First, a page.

until exhausted and th<»n dropped into out
stretched hands. The band struck up 'Aul.l
Lang Syne." but the delegates used the words
"We're here because we're here." The Missouri
people from the rear of the hall produced a bis:
ban: ~r inscribed: "Missouri. Nominate Bryan
and veil show you '"
Mrs. Ruth Bryan Leavitt and William J.
Bryan, jr.. were shoved to the front of the
speaker's platform, and the enthusiasm was re
doubled. "Tammany" and "Hot Time"' spurred
the flagging spirits of the great Democratic
sweatshop, for this is what it had become by
this time, and the tumult was not allowed to die
down. And through It all Wen York sat un
moved like cold bottles in an ice chest. When
ever a Bryan brigade ban down on New York
the guards pressed up data* tos?th<»r. looked
their defiance and obeyed orders.
The band played "My Old Kentucky Hoir.?."
the audience singing It. The close of the re
frain was rounded with a terrific outburst of
At 9:3S ban?' went Clayton's heaviest gave!.
The whacks were answered by redout ■••-'. yells.
It meant plainly enough thai there we** mor»
cheers to come. At intervals the flashlight meti
contributed to the smoke and heat, the fia.-=hf»*
r-ein? signals for renewed cheering. A large
Bryan banner, carried by the Monroe €!üb. of
Denver, was carried about. On the platform
"Alfalfa Bill" Murray booster! a little girt pag*
to his shoulders, and the child waved a banner
to the air. "We Won't Oe Horn" Until M rnin?."
The platform at the end of forty mint t*»s was
packed with shouting men and women. sad th*>n
every one sans or whistled "A Hot. Tim.- in the
old Town To-night." .
Again and. again the chairman Mai to quiet
the tumult. It didn't work. Women volun
teered as standard bearers, swinging through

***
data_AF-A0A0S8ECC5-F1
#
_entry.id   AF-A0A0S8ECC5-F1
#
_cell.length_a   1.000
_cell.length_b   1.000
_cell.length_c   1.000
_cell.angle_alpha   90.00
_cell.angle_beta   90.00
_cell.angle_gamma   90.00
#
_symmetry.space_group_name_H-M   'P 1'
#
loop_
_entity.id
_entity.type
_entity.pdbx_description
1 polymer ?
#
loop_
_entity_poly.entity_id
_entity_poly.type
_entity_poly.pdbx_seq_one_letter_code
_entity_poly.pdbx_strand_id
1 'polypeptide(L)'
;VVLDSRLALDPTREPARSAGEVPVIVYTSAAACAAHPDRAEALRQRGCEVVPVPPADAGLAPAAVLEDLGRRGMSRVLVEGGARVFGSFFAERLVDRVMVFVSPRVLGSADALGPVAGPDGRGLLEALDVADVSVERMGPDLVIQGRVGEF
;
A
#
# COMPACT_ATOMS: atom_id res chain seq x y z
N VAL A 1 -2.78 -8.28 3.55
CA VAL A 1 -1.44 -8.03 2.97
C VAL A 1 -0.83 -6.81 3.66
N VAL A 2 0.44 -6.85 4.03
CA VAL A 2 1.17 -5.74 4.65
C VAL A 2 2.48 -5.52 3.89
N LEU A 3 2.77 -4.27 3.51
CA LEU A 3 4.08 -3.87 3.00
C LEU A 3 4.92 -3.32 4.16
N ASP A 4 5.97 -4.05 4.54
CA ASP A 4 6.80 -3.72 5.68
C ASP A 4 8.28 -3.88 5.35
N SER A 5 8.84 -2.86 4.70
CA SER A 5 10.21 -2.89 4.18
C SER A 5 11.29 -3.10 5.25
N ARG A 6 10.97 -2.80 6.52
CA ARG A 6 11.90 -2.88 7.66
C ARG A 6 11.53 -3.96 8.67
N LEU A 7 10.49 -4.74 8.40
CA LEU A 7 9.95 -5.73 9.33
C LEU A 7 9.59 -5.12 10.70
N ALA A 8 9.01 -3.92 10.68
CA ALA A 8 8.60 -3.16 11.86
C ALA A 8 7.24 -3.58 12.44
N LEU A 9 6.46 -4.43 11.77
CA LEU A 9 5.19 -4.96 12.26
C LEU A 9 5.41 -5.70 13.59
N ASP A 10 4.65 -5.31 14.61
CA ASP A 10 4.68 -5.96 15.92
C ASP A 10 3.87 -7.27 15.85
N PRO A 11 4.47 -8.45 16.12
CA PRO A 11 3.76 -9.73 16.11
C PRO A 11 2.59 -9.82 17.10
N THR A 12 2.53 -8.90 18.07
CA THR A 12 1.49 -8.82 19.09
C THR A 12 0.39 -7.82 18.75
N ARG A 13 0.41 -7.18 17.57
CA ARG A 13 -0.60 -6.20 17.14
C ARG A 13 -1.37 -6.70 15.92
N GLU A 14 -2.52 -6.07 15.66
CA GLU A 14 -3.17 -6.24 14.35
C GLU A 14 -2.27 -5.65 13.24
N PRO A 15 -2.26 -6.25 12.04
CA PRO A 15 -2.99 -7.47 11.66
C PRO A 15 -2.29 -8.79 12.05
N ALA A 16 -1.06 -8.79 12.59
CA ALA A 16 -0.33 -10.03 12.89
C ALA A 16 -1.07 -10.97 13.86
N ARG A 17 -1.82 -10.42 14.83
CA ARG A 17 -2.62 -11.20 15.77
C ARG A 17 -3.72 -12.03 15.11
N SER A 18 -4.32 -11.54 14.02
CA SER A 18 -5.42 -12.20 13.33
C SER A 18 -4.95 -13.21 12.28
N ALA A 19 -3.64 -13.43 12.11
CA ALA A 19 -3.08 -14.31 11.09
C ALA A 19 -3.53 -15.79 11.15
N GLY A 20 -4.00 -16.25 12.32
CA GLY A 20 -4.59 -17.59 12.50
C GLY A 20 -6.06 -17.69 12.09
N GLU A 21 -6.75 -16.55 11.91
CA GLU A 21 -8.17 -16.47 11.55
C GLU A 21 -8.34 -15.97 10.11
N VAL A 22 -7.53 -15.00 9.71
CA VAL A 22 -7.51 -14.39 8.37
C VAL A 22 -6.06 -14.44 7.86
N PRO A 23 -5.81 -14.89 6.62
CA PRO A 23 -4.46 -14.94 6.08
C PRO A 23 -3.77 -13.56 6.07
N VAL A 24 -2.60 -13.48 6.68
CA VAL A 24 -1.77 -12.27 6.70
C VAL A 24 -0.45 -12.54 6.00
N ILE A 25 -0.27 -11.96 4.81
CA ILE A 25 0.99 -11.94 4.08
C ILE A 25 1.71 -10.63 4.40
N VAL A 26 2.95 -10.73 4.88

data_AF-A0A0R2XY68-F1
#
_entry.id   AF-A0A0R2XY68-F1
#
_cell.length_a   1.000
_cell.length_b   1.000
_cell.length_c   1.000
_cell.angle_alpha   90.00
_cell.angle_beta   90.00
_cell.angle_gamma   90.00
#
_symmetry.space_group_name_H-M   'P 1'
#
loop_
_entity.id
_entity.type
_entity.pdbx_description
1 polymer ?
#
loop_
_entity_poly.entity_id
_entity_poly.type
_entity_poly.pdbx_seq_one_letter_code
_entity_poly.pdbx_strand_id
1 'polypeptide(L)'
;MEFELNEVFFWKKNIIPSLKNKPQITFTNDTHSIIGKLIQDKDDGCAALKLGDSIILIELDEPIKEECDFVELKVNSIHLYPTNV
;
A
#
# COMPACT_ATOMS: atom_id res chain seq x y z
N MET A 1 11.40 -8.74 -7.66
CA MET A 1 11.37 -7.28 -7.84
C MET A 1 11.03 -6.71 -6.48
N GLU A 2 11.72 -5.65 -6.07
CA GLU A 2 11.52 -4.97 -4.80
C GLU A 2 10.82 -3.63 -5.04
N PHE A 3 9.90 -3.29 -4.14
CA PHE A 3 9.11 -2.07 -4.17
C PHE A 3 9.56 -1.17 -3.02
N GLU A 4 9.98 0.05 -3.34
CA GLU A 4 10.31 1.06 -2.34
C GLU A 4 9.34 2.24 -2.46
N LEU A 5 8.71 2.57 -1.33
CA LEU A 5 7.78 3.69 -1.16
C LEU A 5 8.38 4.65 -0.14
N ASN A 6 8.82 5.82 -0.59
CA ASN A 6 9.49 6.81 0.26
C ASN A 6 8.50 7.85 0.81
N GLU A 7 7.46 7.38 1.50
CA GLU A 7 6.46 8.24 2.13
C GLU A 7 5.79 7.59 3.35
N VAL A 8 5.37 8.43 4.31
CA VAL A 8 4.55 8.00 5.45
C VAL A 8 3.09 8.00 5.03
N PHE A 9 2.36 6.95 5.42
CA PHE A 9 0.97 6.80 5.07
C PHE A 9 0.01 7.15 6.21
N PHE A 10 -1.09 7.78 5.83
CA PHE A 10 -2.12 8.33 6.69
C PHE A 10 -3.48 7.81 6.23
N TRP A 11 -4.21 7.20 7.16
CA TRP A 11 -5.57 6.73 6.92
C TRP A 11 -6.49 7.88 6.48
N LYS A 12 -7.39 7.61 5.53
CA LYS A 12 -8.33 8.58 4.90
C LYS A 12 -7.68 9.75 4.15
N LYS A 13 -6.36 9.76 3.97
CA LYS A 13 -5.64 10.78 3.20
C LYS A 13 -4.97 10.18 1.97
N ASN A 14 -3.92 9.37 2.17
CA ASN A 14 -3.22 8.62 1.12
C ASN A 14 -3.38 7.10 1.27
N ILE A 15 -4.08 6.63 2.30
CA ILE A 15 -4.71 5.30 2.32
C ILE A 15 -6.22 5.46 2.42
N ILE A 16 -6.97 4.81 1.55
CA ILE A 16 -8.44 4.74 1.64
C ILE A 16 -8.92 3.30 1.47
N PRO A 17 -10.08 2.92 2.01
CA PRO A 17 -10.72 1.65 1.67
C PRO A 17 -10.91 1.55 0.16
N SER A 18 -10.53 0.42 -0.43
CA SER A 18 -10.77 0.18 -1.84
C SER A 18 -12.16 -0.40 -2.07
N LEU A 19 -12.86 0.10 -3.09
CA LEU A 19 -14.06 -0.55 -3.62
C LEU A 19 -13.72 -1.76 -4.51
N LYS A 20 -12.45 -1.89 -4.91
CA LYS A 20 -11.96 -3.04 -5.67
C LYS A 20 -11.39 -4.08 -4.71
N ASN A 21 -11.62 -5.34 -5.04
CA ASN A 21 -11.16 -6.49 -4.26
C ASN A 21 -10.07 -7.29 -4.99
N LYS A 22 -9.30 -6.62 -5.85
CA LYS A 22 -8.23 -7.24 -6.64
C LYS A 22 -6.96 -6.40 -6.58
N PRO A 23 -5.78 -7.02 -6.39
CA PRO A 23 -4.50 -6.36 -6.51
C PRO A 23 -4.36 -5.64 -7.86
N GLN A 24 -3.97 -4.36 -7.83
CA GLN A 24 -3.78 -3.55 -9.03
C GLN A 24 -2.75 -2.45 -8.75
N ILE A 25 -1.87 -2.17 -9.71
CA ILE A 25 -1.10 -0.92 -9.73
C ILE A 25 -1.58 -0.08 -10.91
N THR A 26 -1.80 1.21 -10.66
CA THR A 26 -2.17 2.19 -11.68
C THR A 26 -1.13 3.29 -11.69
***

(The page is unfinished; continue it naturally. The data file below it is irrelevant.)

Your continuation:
the aisles with mas. uline abandon. Half crazy
delegates walked over the desks of the re
"Pay. young feller." hoarsely growled a Texas
delegate, "how in time can yoi- write a descrip
tion of this?"
"You'll cool off next fall." was the rejoinder.
At the end of fifty minutes the heroic at
mosphere disturbers were weary and dripping
but they were game.
•Bye-bye-bye. Love." and the camp BMSOag
melody. "Oh. Happy Day." were sprung by th*
faithful band, but It didn't put out the fire. A
large portrait of Bryan was lowered from be
hind a shield high above the speakers' plat
form. All the noise provoking machinery re
sponded to the touch of the Bryan operators.
No one would have be*n surprised at the end
of sixty minutes if William J. himself hadj
popped up through a trapdoor and toM the
shouters how sincerely surprised he wad.
Chairman Clayton made repeated mock efforts
to restore sanity, and he didn't look unhappy
when he failed. "The Grand Old Flag- and
"Baby Mine" didn't soothe the war paint people,
who. with the help of numerous lusty cowboys
In the galleries, seemed determined to beat I:2S.
yesterday's high water mark of hysteria.
During a bloodless semi-riot a throng of men
and women eluded the guards and crowded
closely to the box occupied by Mr. and Mrs.
Long worth, trying to shake hands with them.
Mrs. Longworth took it all in good humor. The
electric switchman triel! the effect of shutting
off the big lights one by one. but it did not do
much cool. At 10:1$. after a continuous noise
fusillade of one hour and twelve mirfutes. Chair
man Clayton got his wild horses under control
and the secretary resumed ths reading of the
call When the proper time was reached Senator
Gearin took the platform and seconded the num
inatiun of Bryan.
The most, Impressive fact o! ... Democratic